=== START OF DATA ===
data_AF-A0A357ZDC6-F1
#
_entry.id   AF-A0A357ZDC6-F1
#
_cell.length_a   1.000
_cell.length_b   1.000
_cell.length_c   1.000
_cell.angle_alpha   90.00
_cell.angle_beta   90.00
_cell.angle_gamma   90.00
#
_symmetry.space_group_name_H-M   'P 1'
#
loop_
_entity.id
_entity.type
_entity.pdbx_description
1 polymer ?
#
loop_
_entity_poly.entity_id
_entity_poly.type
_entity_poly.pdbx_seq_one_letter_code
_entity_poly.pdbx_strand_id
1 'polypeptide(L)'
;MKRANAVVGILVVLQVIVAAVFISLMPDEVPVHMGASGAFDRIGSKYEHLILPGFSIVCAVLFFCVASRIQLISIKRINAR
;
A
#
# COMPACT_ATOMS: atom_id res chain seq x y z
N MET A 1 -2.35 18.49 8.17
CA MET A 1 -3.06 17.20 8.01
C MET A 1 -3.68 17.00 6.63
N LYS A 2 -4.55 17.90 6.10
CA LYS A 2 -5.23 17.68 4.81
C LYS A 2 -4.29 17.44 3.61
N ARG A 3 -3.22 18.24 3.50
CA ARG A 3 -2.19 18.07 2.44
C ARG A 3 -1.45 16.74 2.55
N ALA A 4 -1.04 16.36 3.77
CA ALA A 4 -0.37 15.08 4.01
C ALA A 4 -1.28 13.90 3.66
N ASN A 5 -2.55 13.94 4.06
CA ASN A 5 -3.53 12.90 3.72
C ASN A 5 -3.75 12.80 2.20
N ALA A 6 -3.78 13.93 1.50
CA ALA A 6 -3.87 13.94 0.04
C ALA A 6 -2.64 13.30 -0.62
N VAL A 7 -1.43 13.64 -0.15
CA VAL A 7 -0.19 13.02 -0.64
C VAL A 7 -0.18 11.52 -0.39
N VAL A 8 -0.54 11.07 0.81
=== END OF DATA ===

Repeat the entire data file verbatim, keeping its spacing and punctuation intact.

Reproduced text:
data_AF-A0A357ZDC6-F1
#
_entry.id   AF-A0A357ZDC6-F1
#
_cell.length_a   1.000
_cell.length_b   1.000
_cell.length_c   1.000
_cell.angle_alpha   90.00
_cell.angle_beta   90.00
_cell.angle_gamma   90.00
#
_symmetry.space_group_name_H-M   'P 1'
#
loop_
_entity.id
_entity.type
_entity.pdbx_description
1 polymer ?
#
loop_
_entity_poly.entity_id
_entity_poly.type
_entity_poly.pdbx_seq_one_letter_code
_entity_poly.pdbx_strand_id
1 'polypeptide(L)'
;MKRANAVVGILVVLQVIVAAVFISLMPDEVPVHMGASGAFDRIGSKYEHLILPGFSIVCAVLFFCVASRIQLISIKRINAR
;
A
#
# COMPACT_ATOMS: atom_id res chain seq x y z
N MET A 1 -2.35 18.49 8.17
CA MET A 1 -3.06 17.20 8.01
C MET A 1 -3.68 17.00 6.63
N LYS A 2 -4.55 17.90 6.10
CA LYS A 2 -5.23 17.68 4.81
C LYS A 2 -4.29 17.44 3.61
N ARG A 3 -3.22 18.24 3.50
CA ARG A 3 -2.19 18.07 2.44
C ARG A 3 -1.45 16.74 2.55
N ALA A 4 -1.04 16.36 3.77
CA ALA A 4 -0.37 15.08 4.01
C ALA A 4 -1.28 13.90 3.66
N ASN A 5 -2.55 13.94 4.06
CA ASN A 5 -3.53 12.90 3.72
C ASN A 5 -3.75 12.80 2.20
N ALA A 6 -3.78 13.93 1.50
CA ALA A 6 -3.87 13.94 0.04
C ALA A 6 -2.64 13.30 -0.62
N VAL A 7 -1.43 13.64 -0.15
CA VAL A 7 -0.19 13.02 -0.64
C VAL A 7 -0.18 11.52 -0.39
N VAL A 8 -0.54 11.07 0.81